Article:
Free tools to improve recorded audio

Noisy classroom, poor-quality laptop? Trying to get the students to create multimedia stories on their school laptops or iPads in the classroom or library? Been there and done that. Adobe podcast is an online solution you can use to not only record a podcast but also get your students (and you) to learn the best position for your face, actually mouth away from the laptop microphone and how much gain you should apply. Sound complicated? It is super simple and free. Read on to find out and see how is done.

First the link – you can sign into the premium service if your education institution has an enterprise or district license that includes your school. Here in the NT, we have that, so every teacher and student has access to tools like for free along with with their school login. Express comes with its own enhanced audio and also a puppet maker for creating animations quickly and easily – check out “animate with audio” in Adobe Express.

Microsoft Forms and other tools allow you to include videos as questions. I use the animate with audio, checking the switch that says “enhance audio” so my puppets sound the best they can be. I used this to create a multi-choice geography set of quiz videos like the ones below. They only took a minute or so to create from a template – download and insert into my Microsoft Forms Quiz.

You can try the quiz below to see how the videos are embedded into the MS Forms Quiz.

Here are a couple of short video questions taken from the quiz – they are between 6 and 11 seconds each.

For fun, I even added a cameo of a frog to the following video about a backyard mystery during the wet season in Darwin. It is a 2-minute video with the cameo at the end (or rather at 1:31)

The featured image for this post was created using Adobe Firefly – a generative AI tool that helps me quickly and ethically create blog post images and more in a very short time.

You might also want to check out another post I created late last year on Adobe Podcast going into the editing and adding intro and outro music in more detail. You can check that here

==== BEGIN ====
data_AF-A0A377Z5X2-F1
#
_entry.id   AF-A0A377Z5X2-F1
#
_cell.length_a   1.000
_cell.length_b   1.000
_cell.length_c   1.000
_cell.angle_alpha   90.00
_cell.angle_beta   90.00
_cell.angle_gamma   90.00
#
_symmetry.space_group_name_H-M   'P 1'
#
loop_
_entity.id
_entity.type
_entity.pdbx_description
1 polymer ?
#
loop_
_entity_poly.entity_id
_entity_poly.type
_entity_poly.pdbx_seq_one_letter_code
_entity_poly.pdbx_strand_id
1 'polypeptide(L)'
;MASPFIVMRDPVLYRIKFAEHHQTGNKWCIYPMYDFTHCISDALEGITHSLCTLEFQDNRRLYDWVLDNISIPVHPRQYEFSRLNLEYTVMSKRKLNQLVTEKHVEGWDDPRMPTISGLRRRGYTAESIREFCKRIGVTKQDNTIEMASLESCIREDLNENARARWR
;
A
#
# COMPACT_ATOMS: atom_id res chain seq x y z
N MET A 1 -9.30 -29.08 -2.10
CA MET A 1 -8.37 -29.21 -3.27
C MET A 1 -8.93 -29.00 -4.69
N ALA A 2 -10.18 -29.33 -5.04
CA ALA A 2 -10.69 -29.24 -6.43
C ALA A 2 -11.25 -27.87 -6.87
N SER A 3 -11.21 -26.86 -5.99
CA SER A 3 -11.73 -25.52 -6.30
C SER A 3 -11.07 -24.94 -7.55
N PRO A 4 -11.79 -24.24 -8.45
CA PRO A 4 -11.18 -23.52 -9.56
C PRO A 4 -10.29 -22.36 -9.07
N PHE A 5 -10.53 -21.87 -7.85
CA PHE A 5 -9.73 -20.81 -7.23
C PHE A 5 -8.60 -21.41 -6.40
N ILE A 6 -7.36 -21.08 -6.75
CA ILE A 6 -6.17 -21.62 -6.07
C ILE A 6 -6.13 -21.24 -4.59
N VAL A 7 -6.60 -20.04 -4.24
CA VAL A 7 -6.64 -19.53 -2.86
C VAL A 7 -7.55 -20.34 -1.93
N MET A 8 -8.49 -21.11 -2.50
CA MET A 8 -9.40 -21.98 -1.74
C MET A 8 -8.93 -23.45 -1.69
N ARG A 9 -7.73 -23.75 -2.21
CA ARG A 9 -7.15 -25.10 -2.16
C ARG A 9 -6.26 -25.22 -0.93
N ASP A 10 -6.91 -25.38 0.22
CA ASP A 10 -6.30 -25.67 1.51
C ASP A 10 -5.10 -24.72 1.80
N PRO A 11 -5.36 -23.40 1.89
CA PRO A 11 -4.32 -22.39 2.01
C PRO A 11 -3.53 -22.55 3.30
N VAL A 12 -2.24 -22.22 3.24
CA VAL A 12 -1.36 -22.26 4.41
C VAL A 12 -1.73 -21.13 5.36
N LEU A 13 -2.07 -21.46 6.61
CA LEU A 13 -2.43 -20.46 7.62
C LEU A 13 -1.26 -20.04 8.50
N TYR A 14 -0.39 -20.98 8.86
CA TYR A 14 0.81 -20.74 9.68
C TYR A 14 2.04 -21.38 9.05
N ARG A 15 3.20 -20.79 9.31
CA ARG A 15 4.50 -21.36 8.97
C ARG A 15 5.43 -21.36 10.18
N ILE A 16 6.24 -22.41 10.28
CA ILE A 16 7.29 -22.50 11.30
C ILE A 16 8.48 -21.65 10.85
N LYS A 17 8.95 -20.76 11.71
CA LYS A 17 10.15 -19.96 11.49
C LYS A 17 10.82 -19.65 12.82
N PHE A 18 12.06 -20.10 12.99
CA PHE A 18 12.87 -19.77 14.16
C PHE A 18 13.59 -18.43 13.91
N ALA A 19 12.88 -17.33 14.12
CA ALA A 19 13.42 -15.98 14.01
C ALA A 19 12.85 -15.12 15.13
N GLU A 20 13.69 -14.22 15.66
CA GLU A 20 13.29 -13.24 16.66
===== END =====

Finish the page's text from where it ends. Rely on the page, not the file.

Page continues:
The writing of this post was in celebration of Robbie Burns Day or Burns Night which occurs on the 25th of January and provides a good example where a day to celebrate can be chosen by the people of a country and enjoyed and shared by all who call that country home.

May Robbie Burns Day inspire those struggling to find a day suitable for all Australians to jointly celebrate. Two additional points about Burns Night or Robbie Burns Day are:

  • both day and night are accepted (actually any time is fine)
  • the 25th of January is a date that one can put in their calendar, however a Burns Supper, Night, Day or celebration can be held at any time of the year because it is a celebration of what it is to be Scottish and not tied to a specific date.

Ironically I was reacquainted with the celebration of Robbie Burns this year through my use of Livecode, a programming language that has its roots in hypercard of Apple fame and is now owned and developed in Scotland.

My one and only formal Burns Supper event I have attended was almost 30 years ago in the wild jungles of East Kalimantan – a province of Indonesia. This magnificent event came complete with the Haggis being piped in, poetry being read (Burns of course) and the cutting being done with a sword before Scottish dancers flown all the way from Scotland performed late into the night.

I hope that our students have the opportunity to experience, create and transform their own stories to share for others to enjoy using the great tools they have access to.

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